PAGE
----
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Why 'Cousin Jack'? The origins of the nickname of the Cornish overseas (caitlingreen.org)
40 points by flummox 4 months ago | hide | past | favorite | 10 comments

I'm not sure of any connection - but I grew up in Cornwall and we sometimes use 'Janner', which comes from "Cousin Jan", in the Southwest. The article briefly touches on Cousin Jan, but didn't link it to the word that's still in use today (means someone born near the sea, or someone from Plymouth).

I'm just thinking "Cousin Jack" is a very easy transformation from "Cousin Jan" if you're trying to 'decornishify' the word and pick a generic English sounding name. Could be why it became the common fib name people told their bosses when introducing other cornish people for employment? Maybe a stretch though, I'm just spitballing.


My grandfather was always referred to as Jan. He was in the Navy. Only found out about the Janner thing this summer.

The folk/roots band Show of Hands have a song about the Cousin Jacks, which was how I first heard about them. The performer who sang it at a local pub's folk night the first time I heard it, had a great grandfather who'd been one of the many.


Show of Hands were my introduction to the UK folk scene so I'll always have time for them. They typically have some great support acts too, with friends from the US and Canada often coming across to tour like Richard Shindell.

England and Wales in particular have a habit of losing the history of the countryside, and folk songs are one of the only ways it seems to persist. And I love how current artists are both falling back on their experiences but also doing their own research into old, forgotten tunes and songs to bring life back into them and make them relevant again.

Yes! The UK folk scene is really awesome. Some of my personal favs are Bellowhead + Mawkin + Monster Ceilidh Band.

Mawkin actually has a good song about cornish mine workers, "I Can Hew"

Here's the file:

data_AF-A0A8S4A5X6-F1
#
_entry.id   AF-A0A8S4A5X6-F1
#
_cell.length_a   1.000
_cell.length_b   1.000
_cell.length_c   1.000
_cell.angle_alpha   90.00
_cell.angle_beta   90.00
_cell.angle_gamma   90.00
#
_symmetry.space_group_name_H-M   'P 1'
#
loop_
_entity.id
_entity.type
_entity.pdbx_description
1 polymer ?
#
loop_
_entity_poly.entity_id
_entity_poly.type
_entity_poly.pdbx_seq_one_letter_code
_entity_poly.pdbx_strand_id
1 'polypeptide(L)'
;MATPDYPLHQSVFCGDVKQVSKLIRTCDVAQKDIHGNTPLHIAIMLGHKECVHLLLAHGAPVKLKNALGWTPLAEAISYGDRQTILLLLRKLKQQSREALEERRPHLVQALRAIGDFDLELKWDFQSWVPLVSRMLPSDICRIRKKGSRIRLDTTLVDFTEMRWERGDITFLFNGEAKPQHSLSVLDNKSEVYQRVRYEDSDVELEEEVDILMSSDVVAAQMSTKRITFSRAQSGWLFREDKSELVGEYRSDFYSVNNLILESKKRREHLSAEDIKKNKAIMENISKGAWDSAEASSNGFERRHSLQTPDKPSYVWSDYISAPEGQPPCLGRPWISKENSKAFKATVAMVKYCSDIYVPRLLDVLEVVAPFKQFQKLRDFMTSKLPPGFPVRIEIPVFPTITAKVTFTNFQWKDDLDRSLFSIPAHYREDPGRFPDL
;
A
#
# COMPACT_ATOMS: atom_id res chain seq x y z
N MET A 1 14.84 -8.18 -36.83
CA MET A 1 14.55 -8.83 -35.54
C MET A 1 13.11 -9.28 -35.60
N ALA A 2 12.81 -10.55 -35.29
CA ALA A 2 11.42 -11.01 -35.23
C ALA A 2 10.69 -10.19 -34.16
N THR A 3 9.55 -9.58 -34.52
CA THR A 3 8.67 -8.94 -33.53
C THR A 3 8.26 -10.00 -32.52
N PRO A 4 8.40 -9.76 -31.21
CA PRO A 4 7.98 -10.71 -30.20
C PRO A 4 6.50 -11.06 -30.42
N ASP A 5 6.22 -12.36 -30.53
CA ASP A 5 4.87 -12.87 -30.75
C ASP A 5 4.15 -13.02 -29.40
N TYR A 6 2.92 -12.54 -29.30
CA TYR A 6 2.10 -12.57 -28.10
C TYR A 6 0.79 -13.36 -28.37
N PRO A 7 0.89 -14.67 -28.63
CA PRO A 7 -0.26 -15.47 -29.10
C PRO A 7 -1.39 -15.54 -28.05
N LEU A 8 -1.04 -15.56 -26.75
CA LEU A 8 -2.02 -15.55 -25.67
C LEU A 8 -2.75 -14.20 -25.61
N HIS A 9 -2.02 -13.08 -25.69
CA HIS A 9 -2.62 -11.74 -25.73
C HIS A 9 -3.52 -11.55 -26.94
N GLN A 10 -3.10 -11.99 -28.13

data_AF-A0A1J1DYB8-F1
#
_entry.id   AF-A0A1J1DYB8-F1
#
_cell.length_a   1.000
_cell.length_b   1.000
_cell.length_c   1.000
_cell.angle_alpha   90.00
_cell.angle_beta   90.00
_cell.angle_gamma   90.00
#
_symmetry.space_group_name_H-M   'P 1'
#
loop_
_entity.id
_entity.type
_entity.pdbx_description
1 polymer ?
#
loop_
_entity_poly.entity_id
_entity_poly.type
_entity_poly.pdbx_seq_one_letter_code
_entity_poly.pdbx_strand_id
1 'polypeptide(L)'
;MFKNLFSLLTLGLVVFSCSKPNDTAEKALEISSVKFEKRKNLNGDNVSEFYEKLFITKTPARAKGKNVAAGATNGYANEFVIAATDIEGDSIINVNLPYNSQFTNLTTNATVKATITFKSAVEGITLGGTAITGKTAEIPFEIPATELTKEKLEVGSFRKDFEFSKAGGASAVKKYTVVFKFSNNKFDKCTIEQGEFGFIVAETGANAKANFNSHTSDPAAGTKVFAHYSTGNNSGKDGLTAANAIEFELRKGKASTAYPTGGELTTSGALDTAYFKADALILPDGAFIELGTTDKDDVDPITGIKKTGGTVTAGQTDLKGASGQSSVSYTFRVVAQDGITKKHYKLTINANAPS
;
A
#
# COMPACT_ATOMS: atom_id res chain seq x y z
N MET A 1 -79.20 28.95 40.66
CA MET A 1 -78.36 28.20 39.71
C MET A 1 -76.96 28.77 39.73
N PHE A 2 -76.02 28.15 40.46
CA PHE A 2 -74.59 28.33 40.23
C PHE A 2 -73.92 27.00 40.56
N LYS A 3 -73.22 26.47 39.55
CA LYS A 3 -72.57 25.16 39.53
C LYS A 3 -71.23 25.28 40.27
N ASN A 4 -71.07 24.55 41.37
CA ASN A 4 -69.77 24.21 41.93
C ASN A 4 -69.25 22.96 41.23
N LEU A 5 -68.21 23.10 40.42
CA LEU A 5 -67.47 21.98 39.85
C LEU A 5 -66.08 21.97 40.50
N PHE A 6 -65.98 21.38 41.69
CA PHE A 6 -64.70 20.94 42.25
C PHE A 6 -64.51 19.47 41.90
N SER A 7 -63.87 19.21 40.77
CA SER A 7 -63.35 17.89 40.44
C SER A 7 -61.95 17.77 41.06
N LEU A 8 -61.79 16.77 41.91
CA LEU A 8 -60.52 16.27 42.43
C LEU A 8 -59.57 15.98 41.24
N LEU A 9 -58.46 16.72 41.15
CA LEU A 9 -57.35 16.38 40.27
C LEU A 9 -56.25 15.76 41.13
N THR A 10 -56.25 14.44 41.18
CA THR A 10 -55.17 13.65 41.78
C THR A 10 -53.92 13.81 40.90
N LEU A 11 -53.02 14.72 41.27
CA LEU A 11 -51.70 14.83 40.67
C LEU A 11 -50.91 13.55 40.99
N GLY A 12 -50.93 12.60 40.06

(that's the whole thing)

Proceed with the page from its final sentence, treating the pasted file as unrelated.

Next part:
Good bands! Faustus and False Lights are another couple of bands that fit into a similar sound/style category which also have some good rurally-sourced songs. All those up-tempo bands are so much fun to see live.

Solo singer-wise there's some great material to be found with current singers like Chris Wood or Nick Hart. And if you go back a bit there's some really interesting songs from people like Tony Hall (lots of Norfolk oddities) and Dick Gaughan (Scotland. Kist O' Gold is a great album).

I tend to know more about tune history than songs but songs do give you a lot of scope for reviving old music. I know Faustus, for example, take old lyrics and write new tunes for them to change the sound. It's a really exciting way of keeping the stories alive and maintaining their relevance for new generations.

My favourite random Cornish fact is that when a sizeable number moved to Mexico to work the silver mines, they introduced the Cornish pasty, which is now considered a local delicacy. Also, apparently, Methodism and... wrestling.

And football!

"It was Cornish miners who introduced football to Mexico. The country’s first football club – Pachuca Athletic Club – originally comprised exclusively of Cornish mine workers. The Mexican League of Association Football was established in 1902. The first championship was played that same year and in the 1904-1905 tournament it was El Pachuca that won first place. To this day the city of Pachuca still prides itself as being the home of Mexican football."


I thought they already had it a couple of centuries before that, kind off.


Huge thanks to whoever posted this link first on HN. It's my favorite history blog by far.

Even if this may not be the most popular entry...

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